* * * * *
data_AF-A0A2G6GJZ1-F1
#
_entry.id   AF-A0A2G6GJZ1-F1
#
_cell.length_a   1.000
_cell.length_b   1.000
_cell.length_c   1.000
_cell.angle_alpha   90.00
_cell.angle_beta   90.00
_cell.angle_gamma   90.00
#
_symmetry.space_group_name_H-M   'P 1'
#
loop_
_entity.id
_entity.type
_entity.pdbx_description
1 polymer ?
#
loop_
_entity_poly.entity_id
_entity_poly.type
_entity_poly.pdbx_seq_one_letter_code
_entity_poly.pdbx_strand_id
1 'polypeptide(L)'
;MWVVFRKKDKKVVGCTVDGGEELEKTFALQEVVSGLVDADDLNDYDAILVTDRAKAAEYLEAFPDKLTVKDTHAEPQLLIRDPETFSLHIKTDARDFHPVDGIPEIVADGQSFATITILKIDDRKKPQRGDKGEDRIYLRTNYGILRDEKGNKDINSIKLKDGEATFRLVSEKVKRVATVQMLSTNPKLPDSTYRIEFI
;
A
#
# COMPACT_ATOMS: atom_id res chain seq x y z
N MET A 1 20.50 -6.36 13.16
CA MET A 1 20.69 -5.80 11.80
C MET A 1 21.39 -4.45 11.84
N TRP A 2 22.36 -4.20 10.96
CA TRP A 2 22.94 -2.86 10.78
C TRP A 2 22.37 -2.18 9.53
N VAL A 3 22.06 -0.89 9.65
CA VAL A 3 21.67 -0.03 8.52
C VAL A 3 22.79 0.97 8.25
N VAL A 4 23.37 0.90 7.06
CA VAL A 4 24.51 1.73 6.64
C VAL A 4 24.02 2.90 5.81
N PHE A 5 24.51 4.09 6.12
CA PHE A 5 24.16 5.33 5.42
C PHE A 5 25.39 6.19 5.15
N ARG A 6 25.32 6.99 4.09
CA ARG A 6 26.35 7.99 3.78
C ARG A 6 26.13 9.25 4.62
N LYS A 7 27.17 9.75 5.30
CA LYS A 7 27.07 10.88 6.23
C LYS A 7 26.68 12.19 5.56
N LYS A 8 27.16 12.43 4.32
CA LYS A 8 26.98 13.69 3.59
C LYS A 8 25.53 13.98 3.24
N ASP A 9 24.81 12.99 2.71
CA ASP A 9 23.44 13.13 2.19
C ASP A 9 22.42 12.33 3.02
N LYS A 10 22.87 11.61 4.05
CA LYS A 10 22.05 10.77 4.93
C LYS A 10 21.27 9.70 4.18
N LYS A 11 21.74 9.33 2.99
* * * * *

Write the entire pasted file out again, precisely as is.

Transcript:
data_AF-A0A2G6GJZ1-F1
#
_entry.id   AF-A0A2G6GJZ1-F1
#
_cell.length_a   1.000
_cell.length_b   1.000
_cell.length_c   1.000
_cell.angle_alpha   90.00
_cell.angle_beta   90.00
_cell.angle_gamma   90.00
#
_symmetry.space_group_name_H-M   'P 1'
#
loop_
_entity.id
_entity.type
_entity.pdbx_description
1 polymer ?
#
loop_
_entity_poly.entity_id
_entity_poly.type
_entity_poly.pdbx_seq_one_letter_code
_entity_poly.pdbx_strand_id
1 'polypeptide(L)'
;MWVVFRKKDKKVVGCTVDGGEELEKTFALQEVVSGLVDADDLNDYDAILVTDRAKAAEYLEAFPDKLTVKDTHAEPQLLIRDPETFSLHIKTDARDFHPVDGIPEIVADGQSFATITILKIDDRKKPQRGDKGEDRIYLRTNYGILRDEKGNKDINSIKLKDGEATFRLVSEKVKRVATVQMLSTNPKLPDSTYRIEFI
;
A
#
# COMPACT_ATOMS: atom_id res chain seq x y z
N MET A 1 20.50 -6.36 13.16
CA MET A 1 20.69 -5.80 11.80
C MET A 1 21.39 -4.45 11.84
N TRP A 2 22.36 -4.20 10.96
CA TRP A 2 22.94 -2.86 10.78
C TRP A 2 22.37 -2.18 9.53
N VAL A 3 22.06 -0.89 9.65
CA VAL A 3 21.67 -0.03 8.52
C VAL A 3 22.79 0.97 8.25
N VAL A 4 23.37 0.90 7.06
CA VAL A 4 24.51 1.73 6.64
C VAL A 4 24.02 2.90 5.81
N PHE A 5 24.51 4.09 6.12
CA PHE A 5 24.16 5.33 5.42
C PHE A 5 25.39 6.19 5.15
N ARG A 6 25.32 6.99 4.09
CA ARG A 6 26.35 7.99 3.78
C ARG A 6 26.13 9.25 4.62
N LYS A 7 27.17 9.75 5.30
CA LYS A 7 27.07 10.88 6.23
C LYS A 7 26.68 12.19 5.56
N LYS A 8 27.16 12.43 4.32
CA LYS A 8 26.98 13.69 3.59
C LYS A 8 25.53 13.98 3.24
N ASP A 9 24.81 12.99 2.71
CA ASP A 9 23.44 13.13 2.19
C ASP A 9 22.42 12.33 3.02
N LYS A 10 22.87 11.61 4.05
CA LYS A 10 22.05 10.77 4.93
C LYS A 10 21.27 9.70 4.18
N LYS A 11 21.74 9.33 2.99